And, to top it off, there is an award given for America’s Best Restroom.  Who knew?

I never know where I’ll go next or what I’ll blog about, but I hope you’ll join me,  from my ‘arm-chair’ or from been there, done that and 69 years of living!

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Typical double decker Flickr image by RachelH_

If William Shakespeare had ridden in a tour bus, would he have said, “A tour bus by any other name is still great transportation for touring?”  Had Shakespeare been Spanish, he might have said, recorrido en autobus, or as a Parisian he might have uttered bus de tournée, and as a Vietnamese he might have called it tour du lịch xe buýt.

Wikimedia Commons image

Regardless of what a tour bus is called it can provide a delightful, or horrific, alternative to other means of transportation, whether touring leisurely or not. This reminds me of a scene in the 80’s blockbuster hit, Romancing the Stone, when Joan Wilder is taken into the dense Columbian jungle on a less than ideal bus ride.  She shares the bus with the locals, and a variety of farm animals as they traverse up a mountain on a road barely wide enough to keep the bus from teetering off the mountainside.  The driver’s haphazard handling of the bus added to the overall hilarious adventure taking place.

Had I not ridden on a Greyhound bus early in my childhood, and several more luxurious motor coach’s later in life I might have believed this could easily have been the norm for a tour bus: rickety, filled with less than desirable co-passengers and driven by a maniac.  Oh my, I believe I may have actually described some tour buses.  LOL

Half the fun of going anywhere should be in getting there, and with a tour bus you are able to take in the sites, not worry about your driving, where you are going, getting lost and so on. 

Disneyland Paris Flickr image by Dr. Epsylon

Disney tourist bus and Palais de Justice Flickr image by ell brown

Imagine you are in Paris . . why not be a passenger on Disney’s bus de tournée.  Paris features many beautiful and historic sites such as the Palais de Justice which at one time imprisoned Marie Antoinette in the Conciergerie [a former prison] and now a museum. 

Guadalajara tour bus Flickr image by El Gran Dee

You might be bound for Centro de Guadalajara, the site of the 2011 Pan American Games, and a city to delight your eyes with many beautiful venues, and no doubt your appetite as well with delicious cuisine de Mexico.  Guadalajara meaning stony river is the 10th largest Latin American City, and considered a  ‘city of the future’ and « the third most business-friendly city in North America, » It is also called the home of Mariachi music.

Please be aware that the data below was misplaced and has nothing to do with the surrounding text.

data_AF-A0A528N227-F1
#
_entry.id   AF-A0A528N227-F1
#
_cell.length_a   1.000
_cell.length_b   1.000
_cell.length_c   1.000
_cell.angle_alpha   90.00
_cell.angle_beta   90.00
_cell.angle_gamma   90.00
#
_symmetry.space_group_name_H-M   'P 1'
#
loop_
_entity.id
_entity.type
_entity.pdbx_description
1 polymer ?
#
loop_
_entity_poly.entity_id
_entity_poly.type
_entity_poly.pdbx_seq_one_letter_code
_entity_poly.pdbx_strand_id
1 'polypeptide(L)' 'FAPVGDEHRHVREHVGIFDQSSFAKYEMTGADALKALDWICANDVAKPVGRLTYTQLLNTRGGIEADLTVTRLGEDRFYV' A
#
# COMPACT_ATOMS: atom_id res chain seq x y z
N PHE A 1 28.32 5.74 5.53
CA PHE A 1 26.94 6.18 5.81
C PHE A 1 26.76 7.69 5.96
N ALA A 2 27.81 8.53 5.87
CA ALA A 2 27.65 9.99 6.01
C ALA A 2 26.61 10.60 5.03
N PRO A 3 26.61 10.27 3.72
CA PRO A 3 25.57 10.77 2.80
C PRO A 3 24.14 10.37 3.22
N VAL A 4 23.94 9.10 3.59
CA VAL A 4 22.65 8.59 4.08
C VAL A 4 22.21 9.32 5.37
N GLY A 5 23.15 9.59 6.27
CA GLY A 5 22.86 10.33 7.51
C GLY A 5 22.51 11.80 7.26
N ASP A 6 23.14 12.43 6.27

Hua Shan's West Peak Wikimedia

This spiritual adventure will take you to the five sacred Taoist mountains ; perhaps via a XIAN tourist bus. Other names associated with the five peaks are Five Cloud Summit, Great Flower Mountain and Dark Dragon Ridge. To get the complete history of Huashan, you may want to visit Wikipedia or Travel China Guide for a more modern intrepetation.

Tourist bus North Thailand Flickr image by Zoe Goodacre

The colorful tourist bus in North Thailand is typical of the country itself.  Vibrant and colorful Thailand, once known as Siam, is ranked the 50th largest country [in terms of total area] and 21st as the most populous, with about 64 million people.  Although Bangkok, its capital, has numerous attractions such as the 1782 Grand Palace, home to the King of Thailand, you’ll want to traverse its many well-known tourist destinations such as « Ayutthaya, Pattaya, Phuket, Krabi, Chiang Mai and Ko Samui. »

Original Movie Poster King and I Wikimedia image

An early introduction to Thailand was through a 1946 movie, titled Anna and the King of Siam, adapted from a book written by Margaret Langdon in 1944, based on the diaries of Anna Leonowens, a British Governess in the royal court of Siam.  It subsequently became a Rodgers and Hammerstein musical in 1951, and a movie in 1956 starring Yul Brynner and Deborah Kerr.  A remake of the movie was done in 1999, starring Jodi Foster and Chow Yun-fat.

So many places, so many tour buses, so little time . . .

I never know where I’ll go next or what I’ll blog about, but I hope you’ll join me,  from my ‘arm-chair’ or from been there, done that and 68 years of living!

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“One is the Loneliest Number You’ll Ever Do . . .” although first written and recorded by Harry Nilsson, it was recorded a number of times by different artists, including the LA band, Three Dog Night, in 1969.  I heard this song the other day and it spurred my interest in the number one (1), so a new blog was born . .

A Town of 1 - Wikimedia image